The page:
Last night's gala, the fourth of five at the 21st anniversary Just for Laughs festival, was perhaps the best gala I can remember seeing. Since 1998, when I worked at JFL, we've gone to at least one gala per festival. Starting last year, my sister, mother and aunt have done An Evening at Eve's Tavern as well. This year, I also saw one of the Bubbling with Laughter shows, which was the least impressive of the three shows I took in.
Just for Laughs Gaga featuring Tina Fey
Saturday, July 19, 2003
The gala started with Bobby Badfingers, a reprise from an earlier gala. Granted, great finger snapping, but once you've seen him do 'Wipe Out,' you're pretty much good. So the extra two numbers, complete with forced audience participation, was a little on the lame side.
The gala really started with the predictable 'Live from the St-Denis Theatre...' and the smart, funny, gorgeous Tina Fey ensconced behind the Weekend Update desk. Her update was almost entirely Canadian - including a shot at the latest census data in which thousands listed their religion as 'Jedi': "although the data on religion has to be disregarded, Stats Can is happy because they now have a count of Canadian dorks." Also, she brought up the fact that it's now legal for Canadian doctors to prescribe medicinal marijuana: "and in related news, actor Woody Harrelson has applied to med school at McGill."
After what she referred to as her "9,999th" Anna Nicole Smith joke, Fey said she was about more than trashing celebrities, and broke into 'Let me Entertain You.' Great singer, great dancer, and the best part? After all these years of wondering what news anchors are like from the waist down... Fey emerged from behind the desk in fishnets, a leotard, and fake fat legs and butt. As soon as the pic is available, you’ll see what I mean.
The first comic was Suli McCullough, whose best bit was letting us in on the fact that the guy inside Barney is black: “think about it – he’s 6’8” and dances, he wears a purple fur coat with green trim, and his girl’s name is Baby Bop. He’s Tyrone-asaurus Rex.”
Next up was Dave Coulier, who was the least annoying cast member of Full House. His act consists primarily of impersonations of cartoon characters, including Bullwinkle, Scooby Doo and Shaggy. These voices are dead-on, and very funny. He did get in a couple of good actual jokes, including “I’m so excited to be here. I wrote an act this morning and everything. Some of these are time-released jokes. You’ll get them in the car on the way home.”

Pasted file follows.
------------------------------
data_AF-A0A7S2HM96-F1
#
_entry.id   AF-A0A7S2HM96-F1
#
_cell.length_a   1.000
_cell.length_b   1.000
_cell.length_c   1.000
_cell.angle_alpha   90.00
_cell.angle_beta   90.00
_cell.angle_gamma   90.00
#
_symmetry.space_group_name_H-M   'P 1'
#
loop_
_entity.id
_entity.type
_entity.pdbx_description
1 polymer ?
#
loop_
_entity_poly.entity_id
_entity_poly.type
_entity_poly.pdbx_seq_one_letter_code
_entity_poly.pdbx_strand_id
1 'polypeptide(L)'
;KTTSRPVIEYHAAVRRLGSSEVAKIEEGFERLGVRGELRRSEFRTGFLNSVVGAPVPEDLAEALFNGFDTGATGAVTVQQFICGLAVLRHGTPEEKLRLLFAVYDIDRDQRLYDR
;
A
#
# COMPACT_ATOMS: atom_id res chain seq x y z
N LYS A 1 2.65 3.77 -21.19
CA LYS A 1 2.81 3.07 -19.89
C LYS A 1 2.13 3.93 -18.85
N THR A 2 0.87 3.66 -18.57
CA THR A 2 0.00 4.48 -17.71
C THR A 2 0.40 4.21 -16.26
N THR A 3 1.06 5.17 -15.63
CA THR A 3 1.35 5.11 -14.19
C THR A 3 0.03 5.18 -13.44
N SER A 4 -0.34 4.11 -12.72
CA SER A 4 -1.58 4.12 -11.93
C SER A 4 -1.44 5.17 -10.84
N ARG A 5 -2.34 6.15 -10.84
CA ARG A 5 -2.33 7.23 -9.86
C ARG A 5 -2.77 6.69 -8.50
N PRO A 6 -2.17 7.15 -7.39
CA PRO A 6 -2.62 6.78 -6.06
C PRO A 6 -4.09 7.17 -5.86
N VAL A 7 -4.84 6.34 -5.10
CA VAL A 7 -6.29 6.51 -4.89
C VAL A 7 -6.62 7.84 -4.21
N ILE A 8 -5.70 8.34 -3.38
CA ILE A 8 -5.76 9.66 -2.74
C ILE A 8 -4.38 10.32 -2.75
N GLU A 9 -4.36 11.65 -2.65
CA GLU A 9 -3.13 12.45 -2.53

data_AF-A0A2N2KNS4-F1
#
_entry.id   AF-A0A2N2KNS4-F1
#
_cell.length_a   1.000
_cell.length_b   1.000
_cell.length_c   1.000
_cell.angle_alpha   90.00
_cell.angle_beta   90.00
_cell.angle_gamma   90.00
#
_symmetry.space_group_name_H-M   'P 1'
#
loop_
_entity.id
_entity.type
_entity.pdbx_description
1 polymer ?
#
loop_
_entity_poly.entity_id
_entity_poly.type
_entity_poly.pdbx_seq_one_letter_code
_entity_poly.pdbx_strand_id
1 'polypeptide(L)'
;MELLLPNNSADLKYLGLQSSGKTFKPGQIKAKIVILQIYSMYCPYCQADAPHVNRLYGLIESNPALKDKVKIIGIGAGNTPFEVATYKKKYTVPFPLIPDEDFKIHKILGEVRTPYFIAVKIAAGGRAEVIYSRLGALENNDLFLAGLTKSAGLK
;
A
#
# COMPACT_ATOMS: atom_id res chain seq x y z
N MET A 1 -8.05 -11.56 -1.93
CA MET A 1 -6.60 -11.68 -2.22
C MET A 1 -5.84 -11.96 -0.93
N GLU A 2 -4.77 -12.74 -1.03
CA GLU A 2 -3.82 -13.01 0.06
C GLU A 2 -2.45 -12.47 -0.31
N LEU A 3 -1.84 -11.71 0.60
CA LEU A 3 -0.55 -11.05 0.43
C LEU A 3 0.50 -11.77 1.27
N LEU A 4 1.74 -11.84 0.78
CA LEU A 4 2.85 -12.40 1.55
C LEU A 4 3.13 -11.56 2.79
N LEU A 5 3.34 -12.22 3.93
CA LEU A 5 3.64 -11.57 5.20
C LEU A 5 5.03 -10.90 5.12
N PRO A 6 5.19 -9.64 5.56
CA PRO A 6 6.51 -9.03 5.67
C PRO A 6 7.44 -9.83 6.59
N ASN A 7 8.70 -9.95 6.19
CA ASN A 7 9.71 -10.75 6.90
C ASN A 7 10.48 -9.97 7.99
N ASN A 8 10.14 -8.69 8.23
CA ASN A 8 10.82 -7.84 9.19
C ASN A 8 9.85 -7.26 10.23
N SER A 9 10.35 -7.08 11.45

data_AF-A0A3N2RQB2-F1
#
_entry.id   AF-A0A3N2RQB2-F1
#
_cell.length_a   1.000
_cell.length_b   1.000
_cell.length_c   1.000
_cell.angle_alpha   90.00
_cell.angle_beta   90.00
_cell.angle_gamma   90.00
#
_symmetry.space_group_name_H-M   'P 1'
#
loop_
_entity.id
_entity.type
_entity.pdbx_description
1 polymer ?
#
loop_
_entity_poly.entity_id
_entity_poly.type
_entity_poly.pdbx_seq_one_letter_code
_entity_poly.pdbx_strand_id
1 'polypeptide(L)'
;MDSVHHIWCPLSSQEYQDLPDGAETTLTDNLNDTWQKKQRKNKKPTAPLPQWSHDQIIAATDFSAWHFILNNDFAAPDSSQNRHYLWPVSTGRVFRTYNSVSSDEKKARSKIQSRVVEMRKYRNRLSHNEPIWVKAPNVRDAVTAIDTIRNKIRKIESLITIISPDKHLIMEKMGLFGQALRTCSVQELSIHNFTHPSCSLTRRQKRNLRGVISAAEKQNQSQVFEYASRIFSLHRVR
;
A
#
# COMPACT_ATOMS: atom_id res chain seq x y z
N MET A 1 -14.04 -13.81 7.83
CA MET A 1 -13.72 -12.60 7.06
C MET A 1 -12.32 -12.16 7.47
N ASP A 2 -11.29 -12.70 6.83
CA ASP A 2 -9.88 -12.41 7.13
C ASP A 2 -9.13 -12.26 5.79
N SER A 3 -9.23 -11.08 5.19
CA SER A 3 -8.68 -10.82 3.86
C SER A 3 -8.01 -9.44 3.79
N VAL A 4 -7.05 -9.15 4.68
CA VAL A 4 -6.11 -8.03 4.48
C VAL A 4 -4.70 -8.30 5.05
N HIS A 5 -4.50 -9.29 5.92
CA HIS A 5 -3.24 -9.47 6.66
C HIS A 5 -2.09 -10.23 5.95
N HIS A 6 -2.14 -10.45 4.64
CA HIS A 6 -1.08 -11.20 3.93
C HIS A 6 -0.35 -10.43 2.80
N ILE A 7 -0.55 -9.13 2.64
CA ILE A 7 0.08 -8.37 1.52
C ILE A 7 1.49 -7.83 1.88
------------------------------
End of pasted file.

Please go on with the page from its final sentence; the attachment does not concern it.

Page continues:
Colin Quinn, an SNL alum and former Weekend Update anchor, was next, and came across as relatively funny but mainly drunk. Best bit? “To be an intellectual in the US these days all you have to do is say ‘yeah, but there’s a lot of stuff the government isn’t telling you.’ Right, like they’re telling you?”
My personal favourite of the night was Lee Mack, a Brit who was introduced as “adding another notch to his Commonwealth bedpost.” His act included a couple of great physical bits, which are obviously less funny when recounted textually (but the Riverdance from the waist up bit is something you can visualize). Best bit? Can’t decide – could be “I remember my Nan’s last words. She said to me, “what are you doing with that hammer?” Or it could be “I am being blamed for the death of the Queen Mum. I got home, turned on the TV, and the announcer said ‘if you’ve just turned on your television, the Queen Mother has died.’”
The last act before intermission was Tina Fey’s brief introduction to American culture (prefaced by a great bit about a conversation she had with a fellow-New Yorker about how sad it is that Americans know so much about Canada, but Canadians have no concept of American culture). Her presentation began with a map showing the “4 states – California, New York, Chicago and Hillbillyville.” She covered freedom of speech, gay marriage (as long as it’s to a person of the opposite sex) and freedom of religion – “Christian, Jew, or constantly under surveillance.”
1st act after intermission was Otis Lee Crenshaw (aka Rich Hall), a convicted felon from the “Darwinian rewind button, Tennessee.” Best bit – “Shania Twain? ‘That don’t impress me much.’ Shania, you’re Canadian. Anything impresses you. Maple syrup impresses you. ‘So you’re a rocket scientist. That don’t impress me much.’ How can you not be impressed by a rocket scientist?”
I overheard a lot of people say their favourite was Mitch Fatel, who was really good (but I still prefer Lee Mack). Some of his best: “I like small breasts. They have personality. It’s like they’re saying ‘Hello! Can I help you?’ No thanks, just looking.” And, regarding women who say ‘I usually wait six months before sleeping with a guy’: “how does that work? Do you e-mail me or something?”
Next up was Barry Julien, the only local on the bill. It wasn’t his best set ever, but he didn’t altogether bomb, I guess. Nothing really worth repeating, though.
We had a surprise guest next, when Tina Fey came on a one half of the country duo ‘The Staley Sisters.’ Other half – Rachel Dratch of SNL. The premise is that these sisters tour, singing their dead daddy’s inspirational songs, including ‘She was hangin’ laundry:’
She was hanging laundry one fine day
When her shoe she bent to tie…
Old grey cooch, old grey cooch, I saw Gramma’s old grey cooch that day…
The last comic of the night was Louis CK, whose best bit was on the guy with the sign that says “Honk if you love America.” “Sure, I love my country, but no guy with a Magic Marker is going to tell me what to do. Makes me want to walk up to him with a sign that says ‘Lick my ball if you love Jesus.’”
The show ended with a great a capella group called Naturally Seven. They were fabulous – rock solid despite a couple of technical glitches.
All around, a great show.